In 1991, the Southern Common Market (MERCOSUR) was launched with the aim of fostering regional integration among its four original members—Argentina, Brazil, Paraguay, and Uruguay. MERCOSUR evolved from open regionalism to postliberal regionalism in the course of the first 15 years of the 21st century. The organization has faced several challenges since its inception: internal struggles that result from significant asymmetries between members as well as underlying deficits in the regionalism process and external difficulties in managing MERCOSUR’s relations within the hemisphere and beyond (such as relations with the European Union and China).
The European Union’s Common Security and Defence Policy (CSDP) is scarcely two decades old, yet a considerable and diverse body of literature has emerged during this time. CSDP can best be thought of as the functional crisis management end of the Common Foreign and Security Policy (CFSP), of which it is an integral part. It covers both the military and civilian aspects of crisis management, with the majority of overseas missions being civilian in nature. Yet, it is the growth of the military dimension that has spurred extensive debate about the nature of the EU’s actorness and whether it can still be thought of as a civilian power par excellence. Much of the research has been driven by the application of the main theoretical approaches in international relations to CSDP. The result is an extensive, but occasionally cacophonous, body of literature. Given the relative youth of CSDP there are inevitably gaps in the literature, especially the question of how CSDP relates to other policy fields in the external relations of the EU and whether the “D” in CSDP will remain indefinitely silent.
The objective of the Community method is to ensure that, in the making, implementing, and enforcing of European Union law and policy, (a) the general European interest is safeguarded by the independent European Commission, which is responsible for proposing new EU legislation; (b) democratic representation of the people and the Member States takes place at the level of the European Parliament and the Council of Ministers, which together form the EU’s legislature; and (c) judicial control is secured by the European Court of Justice. The article traces the historical origins and evolution of the Community method and assesses its continuing relevance against the background of alternative ways of decision making and coordination such as “intense transgovernmentalism” or “deliberative intergovernmentalism,” in which the European Council plays the leading role.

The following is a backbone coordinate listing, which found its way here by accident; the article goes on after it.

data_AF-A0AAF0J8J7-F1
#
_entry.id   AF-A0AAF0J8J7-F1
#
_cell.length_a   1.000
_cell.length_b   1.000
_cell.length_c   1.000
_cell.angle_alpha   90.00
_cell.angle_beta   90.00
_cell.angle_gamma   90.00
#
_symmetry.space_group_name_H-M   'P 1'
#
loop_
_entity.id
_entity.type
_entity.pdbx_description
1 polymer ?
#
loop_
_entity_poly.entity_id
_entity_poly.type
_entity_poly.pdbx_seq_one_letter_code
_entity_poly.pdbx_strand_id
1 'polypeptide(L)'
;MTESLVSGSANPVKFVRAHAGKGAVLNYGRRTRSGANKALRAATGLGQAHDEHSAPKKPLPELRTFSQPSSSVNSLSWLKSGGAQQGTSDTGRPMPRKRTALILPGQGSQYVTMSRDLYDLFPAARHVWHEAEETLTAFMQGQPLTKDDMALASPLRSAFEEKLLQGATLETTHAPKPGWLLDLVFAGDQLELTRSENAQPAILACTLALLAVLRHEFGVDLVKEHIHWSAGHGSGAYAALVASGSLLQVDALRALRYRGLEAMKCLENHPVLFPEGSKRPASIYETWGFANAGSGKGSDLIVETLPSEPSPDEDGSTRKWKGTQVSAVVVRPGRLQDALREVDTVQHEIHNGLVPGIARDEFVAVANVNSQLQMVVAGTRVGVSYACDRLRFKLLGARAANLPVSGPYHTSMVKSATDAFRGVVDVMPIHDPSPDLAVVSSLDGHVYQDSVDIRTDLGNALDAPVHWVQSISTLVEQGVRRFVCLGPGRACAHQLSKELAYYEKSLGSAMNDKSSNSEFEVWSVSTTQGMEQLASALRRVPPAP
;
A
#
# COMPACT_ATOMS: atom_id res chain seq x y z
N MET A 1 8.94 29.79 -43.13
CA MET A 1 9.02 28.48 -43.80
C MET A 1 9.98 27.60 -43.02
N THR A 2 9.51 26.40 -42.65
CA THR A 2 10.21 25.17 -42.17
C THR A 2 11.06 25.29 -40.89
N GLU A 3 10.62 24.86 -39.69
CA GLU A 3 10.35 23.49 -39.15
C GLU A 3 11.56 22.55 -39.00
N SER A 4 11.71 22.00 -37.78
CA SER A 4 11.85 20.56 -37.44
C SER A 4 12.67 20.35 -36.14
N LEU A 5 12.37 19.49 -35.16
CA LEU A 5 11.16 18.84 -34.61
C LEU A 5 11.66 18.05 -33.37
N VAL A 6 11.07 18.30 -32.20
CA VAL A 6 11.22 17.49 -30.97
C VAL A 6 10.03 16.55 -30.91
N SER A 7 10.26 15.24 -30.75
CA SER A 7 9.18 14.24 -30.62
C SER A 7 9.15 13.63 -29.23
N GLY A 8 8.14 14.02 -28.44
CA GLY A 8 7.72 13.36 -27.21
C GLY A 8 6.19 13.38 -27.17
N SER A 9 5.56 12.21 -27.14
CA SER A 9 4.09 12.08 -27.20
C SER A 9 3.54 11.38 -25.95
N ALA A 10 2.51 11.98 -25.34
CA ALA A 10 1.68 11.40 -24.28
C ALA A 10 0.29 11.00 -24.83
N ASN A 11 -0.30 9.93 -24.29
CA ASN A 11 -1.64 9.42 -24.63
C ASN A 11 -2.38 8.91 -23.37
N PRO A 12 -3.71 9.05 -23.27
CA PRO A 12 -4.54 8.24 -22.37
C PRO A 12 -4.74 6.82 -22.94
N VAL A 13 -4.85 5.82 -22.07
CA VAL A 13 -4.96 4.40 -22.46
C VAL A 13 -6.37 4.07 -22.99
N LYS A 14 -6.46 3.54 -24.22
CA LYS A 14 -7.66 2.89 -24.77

Christina Kiel and Jamie Campbell
Intergovernmental organizations (IGOs) and international institutions have proliferated since the end of World War II. This development has changed the landscape of international relations not only for states, but also for nongovernmental organizations and social movements. The advocacy of international nongovernmental organizations (INGO) plays a central role in pushing IGOs and their member states toward action. INGOs’ success in doing so depends on a number of factors, opportunity prime among them. Political opportunity structures (the institutional arrangements and resources available for political and social mobilization) determine lesbian, gay, bisexual, and transgender (LGBT) INGO access to power holders and thus their chances of bringing their concerns, and possible solutions to those concerns, to IGOs. The opportunity structures vary significantly from one IGO to the next. For example, the political opportunity structure offered by the European Union (EU) has been favorable to LGBT activism, while the United Nations is much less open to comprehensive inclusion of LGBT and sexual orientation, gender identity, and expression (SOGIE) human rights. As LGBT issues move onto an IGO’s agenda, a symbiotic relationship develops between the IGO and advocacy organizations. The changing opportunity structures influence NGOs’ structure, strategy, and resource mobilization. Coordination between advocacy groups with similar goals becomes easier when many organizations have physical offices at IGOs. For diplomats and bureaucrats working at the IGO or national representative offices, INGOs can be beneficial, too. In particular, advocacy organizations are experts and purveyors of information. However, the interdependence between INGOs and IGOs has the potential of silencing voices that do not neatly fit into the internationalist, liberal rights-based discourse. Besides the political opportunity structures in IGOs, the frames INGOs use to advocate for issues have been found to be essential for campaign success. One tactic that often constitutes successful framing is the grafting of issues to existing norms. In the LGBT context, the frames proposed by activists include human rights, health (specifically HIV-AIDS), and women and gender. International institutions assure that similar issues will be politicized in multiple countries. In order to meaningfully affect domestic populations, the policy needs to translate to the local level through norm diffusion. The mechanisms of diffusion include material inducement (e.g., conditions for membership), learning, and acculturation and socialization.